The New Interpreter’s Bible, Vol. 7 (1996), 217

The (united) Kingdom of Israel had divided in 928 B.C.E., early in the reign of King Rehoboam, son of King Solomon.  The Davidic Dynasty, which had ruled the (united) Kingdom of Judah since 1005 B.C.E., governed the (southern) Kingdom of Judah, including the tribes of Judah and Simeon, until the Fall of Jerusalem (587 B.C.E.).  In contrast, dynasties rose and fell in the (northern) Kingdom of Israel.  King Jeroboam II (reigned 788-747) belonged to the House of Jehu, which had come to power in a bloody revolution in 842 B.C.E.  Jeroboam II presided over a prosperous and militarily strong realm (2 Kings 14:23-29). Yet, just a quarter-century after his death, the former (northern) Kingdom of Israel fell to the Assyrian Empire.  Those twenty-five years were politically tumultuous.

  • King Zechariah succeeded his father, Jeroboam II, in 747 B.C.E., and reigned for about six months (2 Kings 15:8-12)
  • King Shallum ended the House of Jehu, as well as the life and reign of King Zechariah via assassination in 747 B.C.E.  Shallum reigned for about a month (2 Kings 15:13-16).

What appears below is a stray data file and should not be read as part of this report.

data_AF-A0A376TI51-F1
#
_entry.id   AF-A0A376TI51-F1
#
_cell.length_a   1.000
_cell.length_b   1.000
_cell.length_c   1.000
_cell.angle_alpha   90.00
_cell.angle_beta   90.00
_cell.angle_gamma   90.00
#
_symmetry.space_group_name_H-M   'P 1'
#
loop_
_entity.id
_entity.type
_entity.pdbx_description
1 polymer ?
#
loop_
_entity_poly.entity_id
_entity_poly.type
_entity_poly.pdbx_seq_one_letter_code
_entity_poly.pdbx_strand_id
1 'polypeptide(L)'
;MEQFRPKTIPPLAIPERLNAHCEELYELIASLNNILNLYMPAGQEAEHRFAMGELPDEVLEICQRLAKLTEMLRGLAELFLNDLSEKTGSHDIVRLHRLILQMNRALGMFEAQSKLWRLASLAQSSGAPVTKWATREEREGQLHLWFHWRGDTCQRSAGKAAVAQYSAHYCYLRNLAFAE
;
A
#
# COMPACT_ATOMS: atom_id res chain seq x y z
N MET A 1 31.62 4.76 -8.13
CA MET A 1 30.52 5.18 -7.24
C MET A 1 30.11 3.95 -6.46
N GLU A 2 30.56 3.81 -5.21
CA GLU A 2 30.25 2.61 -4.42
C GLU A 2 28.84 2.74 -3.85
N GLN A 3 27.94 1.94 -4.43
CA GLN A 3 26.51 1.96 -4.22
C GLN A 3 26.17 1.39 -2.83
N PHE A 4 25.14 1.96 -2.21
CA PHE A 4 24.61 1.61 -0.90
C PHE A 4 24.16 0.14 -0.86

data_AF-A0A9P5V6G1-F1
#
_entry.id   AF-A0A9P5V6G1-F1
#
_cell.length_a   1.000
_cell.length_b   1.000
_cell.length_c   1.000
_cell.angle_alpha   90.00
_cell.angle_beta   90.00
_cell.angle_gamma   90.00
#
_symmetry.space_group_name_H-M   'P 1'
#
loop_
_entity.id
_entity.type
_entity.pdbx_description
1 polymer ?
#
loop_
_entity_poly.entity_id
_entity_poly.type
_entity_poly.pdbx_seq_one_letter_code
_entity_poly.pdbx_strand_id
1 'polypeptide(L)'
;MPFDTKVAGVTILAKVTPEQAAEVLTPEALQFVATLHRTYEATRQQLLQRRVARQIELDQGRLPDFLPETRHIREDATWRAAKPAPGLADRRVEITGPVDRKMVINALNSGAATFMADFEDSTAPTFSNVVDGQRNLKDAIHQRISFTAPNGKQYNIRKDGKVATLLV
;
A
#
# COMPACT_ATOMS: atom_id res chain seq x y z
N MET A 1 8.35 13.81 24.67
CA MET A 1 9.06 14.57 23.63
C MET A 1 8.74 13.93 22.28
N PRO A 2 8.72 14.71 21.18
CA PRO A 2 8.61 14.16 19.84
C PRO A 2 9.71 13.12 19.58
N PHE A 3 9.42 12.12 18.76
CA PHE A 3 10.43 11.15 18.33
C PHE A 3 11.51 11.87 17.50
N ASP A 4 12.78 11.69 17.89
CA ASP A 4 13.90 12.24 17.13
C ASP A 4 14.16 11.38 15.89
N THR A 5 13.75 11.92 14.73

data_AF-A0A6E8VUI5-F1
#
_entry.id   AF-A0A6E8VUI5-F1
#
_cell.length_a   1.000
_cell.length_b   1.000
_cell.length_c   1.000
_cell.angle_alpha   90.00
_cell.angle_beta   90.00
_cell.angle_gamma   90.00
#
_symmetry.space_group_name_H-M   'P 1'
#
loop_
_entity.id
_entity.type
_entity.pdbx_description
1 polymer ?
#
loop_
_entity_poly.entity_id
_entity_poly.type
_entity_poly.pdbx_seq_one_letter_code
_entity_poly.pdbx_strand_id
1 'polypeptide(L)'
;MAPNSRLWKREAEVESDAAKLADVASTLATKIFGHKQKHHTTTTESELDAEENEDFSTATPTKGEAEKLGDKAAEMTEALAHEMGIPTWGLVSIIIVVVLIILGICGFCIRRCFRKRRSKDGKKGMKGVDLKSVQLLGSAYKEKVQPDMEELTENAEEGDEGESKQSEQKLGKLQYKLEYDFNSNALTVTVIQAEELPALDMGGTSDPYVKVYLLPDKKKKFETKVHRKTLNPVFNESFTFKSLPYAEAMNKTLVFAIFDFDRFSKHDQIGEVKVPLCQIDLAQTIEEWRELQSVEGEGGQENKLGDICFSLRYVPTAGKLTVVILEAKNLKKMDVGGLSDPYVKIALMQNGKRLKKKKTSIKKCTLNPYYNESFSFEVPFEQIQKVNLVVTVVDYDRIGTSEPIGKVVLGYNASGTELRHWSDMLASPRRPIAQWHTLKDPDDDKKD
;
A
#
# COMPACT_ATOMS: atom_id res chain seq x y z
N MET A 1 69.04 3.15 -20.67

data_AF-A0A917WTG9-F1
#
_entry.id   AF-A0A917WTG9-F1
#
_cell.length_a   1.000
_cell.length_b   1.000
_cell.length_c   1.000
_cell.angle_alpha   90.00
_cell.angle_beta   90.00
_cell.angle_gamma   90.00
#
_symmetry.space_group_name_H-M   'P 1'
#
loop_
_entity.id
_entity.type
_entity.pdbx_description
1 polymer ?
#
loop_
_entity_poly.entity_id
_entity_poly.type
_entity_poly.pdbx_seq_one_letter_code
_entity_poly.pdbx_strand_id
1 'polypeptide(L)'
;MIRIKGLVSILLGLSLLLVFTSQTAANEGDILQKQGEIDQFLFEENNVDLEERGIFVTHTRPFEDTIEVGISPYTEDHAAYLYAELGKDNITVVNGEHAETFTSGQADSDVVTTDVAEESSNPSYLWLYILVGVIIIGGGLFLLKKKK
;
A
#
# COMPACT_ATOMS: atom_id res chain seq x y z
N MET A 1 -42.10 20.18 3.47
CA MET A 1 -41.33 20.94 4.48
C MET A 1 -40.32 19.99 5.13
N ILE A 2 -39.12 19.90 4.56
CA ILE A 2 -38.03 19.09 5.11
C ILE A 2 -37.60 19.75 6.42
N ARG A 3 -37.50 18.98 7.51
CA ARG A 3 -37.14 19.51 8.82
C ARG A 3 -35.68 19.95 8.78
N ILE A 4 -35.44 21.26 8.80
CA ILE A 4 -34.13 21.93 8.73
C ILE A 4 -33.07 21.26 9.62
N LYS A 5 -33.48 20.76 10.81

• King Menahem (r. 747-737 B.C.E.) came to power by having King Shallum assassinated (2 Kings 15:17-22).
  • King Pekahiah (r. 737-735 B.C.E.), succeeded his father, King Menahem (2 Kings 15:23-26).
  • King Pekah (r. 735-732 B.C.E.) came to power by having King Pekahiah assassinated (2 Kings 15:27-31).
  • King Hoshea (r. 732-722 B.C.E.) came to power by having King Pekah assassinated.  Assyrian King Sargon II (r. 722-705) finished what Shalmaneser V (r. 727-722) had started; Sargon II terminated Hoshea’s reign and the existence of the (northern) Kingdom of Israel (2 Kings 17:1-23).